Yet another suicide bomber attacked St. Rita's Catholic Church in Kaduna a fortnight ago, this time at the Ungwan Yero, Badarawa neighbourhood claiming eight lives while many people sustained injuries. According to accounts, the apparent suicide bomber who was driving a Honda CRV jeep attempted to get into the church compound but was barred by security men at the gate. Thereafter he made as if he wanted to park the vehicle but suddenly drove at top speed towards the church from another direction, knocking down a wall in the process. The explosion that ensued destroyed part of the church and caused the fatalities and injuries.
Up to now, no one has claimed responsibility for the bombing. Suspicion has fallen on members of the Boko Haram sect. The group has neither denied nor accepted that it carried out the attack. It is not unlikely however that with the relentless surveillance and armed onslaught mounted against the sect's ranks, which have led to the capture or killing of many of its ranking cadre, many of the cells could have gone solo, acting independently and out of the control of what remains of its leadership. The latest incident in Kaduna may be one of such. It could also be the work of some other groups pursuing an agenda of driving a wedge between Christian and Muslim communities.
Indeed, the incident could also be the handiwork of an entirely different group using tactics loosely associated with Boko Haram. Whatever it is, the security agencies and the Joint Task Force (JTF) had better re-strategize to deal with the menace likely to ensue from these cells or from any other quarters for that matter, implying that the cycle of violence rather than dwindling, is widening and prolonging the time for combating the conflict. It is gratifying however that the reprisal attacks that ensued immediately after the bombing incident was promptly contained and quelled by the security agencies, thereby avoiding what could have snowballed in to religious and communal bloodletting that has dogged Kaduna State for many years. Therefore, the security agencies cannot afford to relent in the vigilance needed to always be a step ahead of purveyors of violence.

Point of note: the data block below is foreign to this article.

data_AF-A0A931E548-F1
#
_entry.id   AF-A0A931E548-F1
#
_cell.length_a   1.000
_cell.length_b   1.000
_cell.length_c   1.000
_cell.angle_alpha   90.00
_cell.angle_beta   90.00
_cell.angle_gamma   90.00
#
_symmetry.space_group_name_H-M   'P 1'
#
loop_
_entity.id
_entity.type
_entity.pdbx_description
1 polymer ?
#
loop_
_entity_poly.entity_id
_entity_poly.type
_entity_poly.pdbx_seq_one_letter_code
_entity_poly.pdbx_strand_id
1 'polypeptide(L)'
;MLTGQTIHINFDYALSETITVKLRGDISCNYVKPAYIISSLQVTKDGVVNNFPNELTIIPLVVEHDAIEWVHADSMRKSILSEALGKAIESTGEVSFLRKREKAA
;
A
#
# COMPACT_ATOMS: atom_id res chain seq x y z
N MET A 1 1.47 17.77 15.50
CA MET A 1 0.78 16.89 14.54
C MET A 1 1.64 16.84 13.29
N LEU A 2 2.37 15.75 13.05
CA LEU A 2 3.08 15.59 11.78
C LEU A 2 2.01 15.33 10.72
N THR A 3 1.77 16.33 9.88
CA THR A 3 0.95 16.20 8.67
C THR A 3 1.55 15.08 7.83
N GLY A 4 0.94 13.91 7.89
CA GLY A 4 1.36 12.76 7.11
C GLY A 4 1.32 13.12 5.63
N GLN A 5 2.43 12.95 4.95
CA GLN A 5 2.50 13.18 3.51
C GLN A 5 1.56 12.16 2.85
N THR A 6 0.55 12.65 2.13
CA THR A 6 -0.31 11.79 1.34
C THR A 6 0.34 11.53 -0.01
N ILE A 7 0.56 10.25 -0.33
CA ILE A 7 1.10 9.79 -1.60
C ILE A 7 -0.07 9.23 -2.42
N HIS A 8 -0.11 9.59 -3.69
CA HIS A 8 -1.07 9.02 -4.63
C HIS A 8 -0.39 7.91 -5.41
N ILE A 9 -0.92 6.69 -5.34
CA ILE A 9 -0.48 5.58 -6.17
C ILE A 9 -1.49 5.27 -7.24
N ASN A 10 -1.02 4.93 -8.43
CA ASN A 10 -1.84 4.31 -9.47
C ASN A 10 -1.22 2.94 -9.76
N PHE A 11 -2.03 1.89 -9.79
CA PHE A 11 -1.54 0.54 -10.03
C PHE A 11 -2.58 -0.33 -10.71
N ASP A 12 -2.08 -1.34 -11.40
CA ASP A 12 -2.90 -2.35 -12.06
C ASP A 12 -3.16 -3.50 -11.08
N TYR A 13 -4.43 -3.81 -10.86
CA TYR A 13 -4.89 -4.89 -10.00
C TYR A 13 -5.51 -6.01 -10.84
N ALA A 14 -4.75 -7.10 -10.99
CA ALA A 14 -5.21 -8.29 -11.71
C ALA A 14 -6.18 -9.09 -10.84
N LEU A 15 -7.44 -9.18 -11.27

None of the major religions that Nigerian profess preaches violence as a doctrine; the attacks on churches and mosques should therefore be seen for what they are--acts targeted at causing social and religious divisions and interfaith unrests. More than ever before, the authorities should deploy all their resources -coercive or otherwise- in search for solution to this virtual insurrection threatening to rend the social and political fabric of the nation asunder. So much is being undertaken in the area of deployment of coercion to combat the insurrection, but its impact has not been totally effective in the sense of putting a stop to the insurgency altogether. In fact, as a recent human rights report appeared to portray, the use of violence outside the rules of engagement by the security forces in such challenged areas seems to blunt the message it was meant to deliver.
The authorities should be bold in exploring less forceful but result-oriented measures in their bid to quell the insurrection and other forms of violence. Large-scale deployment of force not only on the insurgency group, but also on civil population, has begun to arouse concerns in domestic cycles, as in the international arena, making the effort look premeditated and outright collective punishment. Government cannot afford to let its actions to be so misconstrued; it should therefore find a way to adopt the carrot-and-stick approach to bring about an end to the cycle of violence.
Efforts have to be intensified not only to identify the perpetrators of the bombing at St Rita's, but to bring those behind it to justice. Community and religious leaders have a leading role to play in this, by taking measures to ensure that strangers in their midst explain their mission and notifying the appropriate authorities when they are in doubt.